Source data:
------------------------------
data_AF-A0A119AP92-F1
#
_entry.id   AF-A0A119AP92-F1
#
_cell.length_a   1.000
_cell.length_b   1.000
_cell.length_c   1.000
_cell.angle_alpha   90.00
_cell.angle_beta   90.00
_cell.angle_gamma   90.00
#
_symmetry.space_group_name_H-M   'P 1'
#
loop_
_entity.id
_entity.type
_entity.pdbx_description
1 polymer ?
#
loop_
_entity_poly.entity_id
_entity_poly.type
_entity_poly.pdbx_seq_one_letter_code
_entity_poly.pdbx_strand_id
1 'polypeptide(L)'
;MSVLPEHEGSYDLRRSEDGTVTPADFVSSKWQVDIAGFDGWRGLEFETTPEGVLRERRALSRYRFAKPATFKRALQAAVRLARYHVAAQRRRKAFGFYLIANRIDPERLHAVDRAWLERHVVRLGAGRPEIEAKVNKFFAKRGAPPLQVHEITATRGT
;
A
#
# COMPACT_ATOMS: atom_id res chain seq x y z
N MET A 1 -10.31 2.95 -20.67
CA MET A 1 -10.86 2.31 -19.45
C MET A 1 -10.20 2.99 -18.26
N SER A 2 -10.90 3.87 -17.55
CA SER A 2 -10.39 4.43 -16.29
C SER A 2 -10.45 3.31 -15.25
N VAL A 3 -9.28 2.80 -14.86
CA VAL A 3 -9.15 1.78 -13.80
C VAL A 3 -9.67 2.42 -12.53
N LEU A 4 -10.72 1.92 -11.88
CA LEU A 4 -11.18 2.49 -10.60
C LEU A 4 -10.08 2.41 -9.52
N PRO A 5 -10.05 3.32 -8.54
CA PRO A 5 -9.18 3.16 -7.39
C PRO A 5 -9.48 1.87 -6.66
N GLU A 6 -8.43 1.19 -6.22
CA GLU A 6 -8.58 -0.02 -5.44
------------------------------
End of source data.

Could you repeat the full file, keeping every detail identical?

data_AF-A0A119AP92-F1
#
_entry.id   AF-A0A119AP92-F1
#
_cell.length_a   1.000
_cell.length_b   1.000
_cell.length_c   1.000
_cell.angle_alpha   90.00
_cell.angle_beta   90.00
_cell.angle_gamma   90.00
#
_symmetry.space_group_name_H-M   'P 1'
#
loop_
_entity.id
_entity.type
_entity.pdbx_description
1 polymer ?
#
loop_
_entity_poly.entity_id
_entity_poly.type
_entity_poly.pdbx_seq_one_letter_code
_entity_poly.pdbx_strand_id
1 'polypeptide(L)'
;MSVLPEHEGSYDLRRSEDGTVTPADFVSSKWQVDIAGFDGWRGLEFETTPEGVLRERRALSRYRFAKPATFKRALQAAVRLARYHVAAQRRRKAFGFYLIANRIDPERLHAVDRAWLERHVVRLGAGRPEIEAKVNKFFAKRGAPPLQVHEITATRGT
;
A
#
# COMPACT_ATOMS: atom_id res chain seq x y z
N MET A 1 -10.31 2.95 -20.67
CA MET A 1 -10.86 2.31 -19.45
C MET A 1 -10.20 2.99 -18.26
N SER A 2 -10.90 3.87 -17.55
CA SER A 2 -10.39 4.43 -16.29
C SER A 2 -10.45 3.31 -15.25
N VAL A 3 -9.28 2.80 -14.86
CA VAL A 3 -9.15 1.78 -13.80
C VAL A 3 -9.67 2.42 -12.53
N LEU A 4 -10.72 1.92 -11.88
CA LEU A 4 -11.18 2.49 -10.60
C LEU A 4 -10.08 2.41 -9.52
N PRO A 5 -10.05 3.32 -8.54
CA PRO A 5 -9.18 3.16 -7.39
C PRO A 5 -9.48 1.87 -6.66
N GLU A 6 -8.43 1.19 -6.22
CA GLU A 6 -8.58 -0.02 -5.44